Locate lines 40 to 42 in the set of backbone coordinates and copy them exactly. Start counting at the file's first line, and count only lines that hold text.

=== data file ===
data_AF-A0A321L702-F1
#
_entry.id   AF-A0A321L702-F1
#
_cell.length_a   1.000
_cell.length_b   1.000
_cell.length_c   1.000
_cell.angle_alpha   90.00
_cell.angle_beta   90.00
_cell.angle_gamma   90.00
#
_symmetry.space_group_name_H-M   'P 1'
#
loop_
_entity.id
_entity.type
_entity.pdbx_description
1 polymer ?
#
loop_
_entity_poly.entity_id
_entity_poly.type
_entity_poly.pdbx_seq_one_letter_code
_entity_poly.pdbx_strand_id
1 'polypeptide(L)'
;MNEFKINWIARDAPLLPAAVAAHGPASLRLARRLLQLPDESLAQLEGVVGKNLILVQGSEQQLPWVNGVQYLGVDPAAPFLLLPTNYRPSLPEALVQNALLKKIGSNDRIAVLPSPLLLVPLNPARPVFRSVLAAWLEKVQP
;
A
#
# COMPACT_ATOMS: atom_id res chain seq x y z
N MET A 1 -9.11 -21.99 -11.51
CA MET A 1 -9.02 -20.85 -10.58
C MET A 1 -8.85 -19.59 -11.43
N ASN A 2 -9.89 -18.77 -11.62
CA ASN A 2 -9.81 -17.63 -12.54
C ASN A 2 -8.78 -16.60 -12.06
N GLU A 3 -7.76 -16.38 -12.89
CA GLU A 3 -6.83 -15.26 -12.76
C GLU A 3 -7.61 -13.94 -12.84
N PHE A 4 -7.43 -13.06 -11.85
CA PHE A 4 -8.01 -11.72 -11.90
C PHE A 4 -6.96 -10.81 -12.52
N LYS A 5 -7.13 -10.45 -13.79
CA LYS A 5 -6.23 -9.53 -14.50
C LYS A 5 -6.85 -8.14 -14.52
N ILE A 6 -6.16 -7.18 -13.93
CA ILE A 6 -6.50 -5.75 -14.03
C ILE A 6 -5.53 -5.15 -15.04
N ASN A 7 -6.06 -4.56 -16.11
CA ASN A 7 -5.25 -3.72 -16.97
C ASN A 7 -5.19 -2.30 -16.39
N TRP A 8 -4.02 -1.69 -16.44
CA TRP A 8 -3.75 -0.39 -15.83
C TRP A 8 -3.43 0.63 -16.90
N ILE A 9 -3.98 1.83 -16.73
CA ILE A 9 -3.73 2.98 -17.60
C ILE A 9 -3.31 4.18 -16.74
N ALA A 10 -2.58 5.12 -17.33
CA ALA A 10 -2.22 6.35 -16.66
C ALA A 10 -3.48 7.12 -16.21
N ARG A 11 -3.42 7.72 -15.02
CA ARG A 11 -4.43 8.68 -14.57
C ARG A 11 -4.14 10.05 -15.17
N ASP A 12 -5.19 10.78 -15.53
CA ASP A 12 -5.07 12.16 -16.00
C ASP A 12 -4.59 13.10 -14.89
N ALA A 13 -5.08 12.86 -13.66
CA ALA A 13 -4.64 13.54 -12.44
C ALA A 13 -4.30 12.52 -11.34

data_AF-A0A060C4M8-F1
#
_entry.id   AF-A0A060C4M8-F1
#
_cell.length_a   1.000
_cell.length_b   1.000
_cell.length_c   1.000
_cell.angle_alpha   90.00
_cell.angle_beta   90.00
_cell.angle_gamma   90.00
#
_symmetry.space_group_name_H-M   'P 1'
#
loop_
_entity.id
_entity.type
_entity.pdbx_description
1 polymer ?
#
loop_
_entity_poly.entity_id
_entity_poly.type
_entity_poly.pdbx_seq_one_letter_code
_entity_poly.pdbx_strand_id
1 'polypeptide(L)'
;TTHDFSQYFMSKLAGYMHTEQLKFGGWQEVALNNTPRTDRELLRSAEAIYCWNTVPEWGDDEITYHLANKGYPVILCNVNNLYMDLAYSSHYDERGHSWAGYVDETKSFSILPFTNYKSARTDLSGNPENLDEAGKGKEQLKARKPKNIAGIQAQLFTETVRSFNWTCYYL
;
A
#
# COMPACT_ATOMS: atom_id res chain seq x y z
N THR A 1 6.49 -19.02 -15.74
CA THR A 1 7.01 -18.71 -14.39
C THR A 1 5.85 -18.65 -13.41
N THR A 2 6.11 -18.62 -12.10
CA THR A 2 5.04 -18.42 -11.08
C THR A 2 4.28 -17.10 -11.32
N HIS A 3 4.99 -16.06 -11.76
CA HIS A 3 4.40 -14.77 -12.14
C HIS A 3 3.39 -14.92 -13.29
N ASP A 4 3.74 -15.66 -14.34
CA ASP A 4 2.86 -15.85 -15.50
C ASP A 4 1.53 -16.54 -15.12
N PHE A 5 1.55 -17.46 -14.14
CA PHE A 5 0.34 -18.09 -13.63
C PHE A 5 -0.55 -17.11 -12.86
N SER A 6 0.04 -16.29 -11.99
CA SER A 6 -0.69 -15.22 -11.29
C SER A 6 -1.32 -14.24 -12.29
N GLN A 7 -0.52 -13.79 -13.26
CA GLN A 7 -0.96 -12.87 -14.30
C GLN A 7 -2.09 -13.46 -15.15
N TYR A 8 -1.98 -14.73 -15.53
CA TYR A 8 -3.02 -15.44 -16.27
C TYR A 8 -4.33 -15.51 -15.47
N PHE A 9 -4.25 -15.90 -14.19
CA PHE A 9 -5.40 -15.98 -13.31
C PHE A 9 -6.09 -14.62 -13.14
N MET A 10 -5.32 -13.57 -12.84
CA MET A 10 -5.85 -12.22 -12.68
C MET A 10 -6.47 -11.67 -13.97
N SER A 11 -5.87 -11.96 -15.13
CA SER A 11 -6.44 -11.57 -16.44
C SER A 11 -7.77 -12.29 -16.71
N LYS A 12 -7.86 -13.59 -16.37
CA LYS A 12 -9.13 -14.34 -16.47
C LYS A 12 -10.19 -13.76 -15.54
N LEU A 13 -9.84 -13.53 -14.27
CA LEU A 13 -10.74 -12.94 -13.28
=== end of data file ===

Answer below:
N PHE A 4 -7.43 -13.06 -11.85
CA PHE A 4 -8.01 -11.72 -11.90
C PHE A 4 -6.96 -10.81 -12.52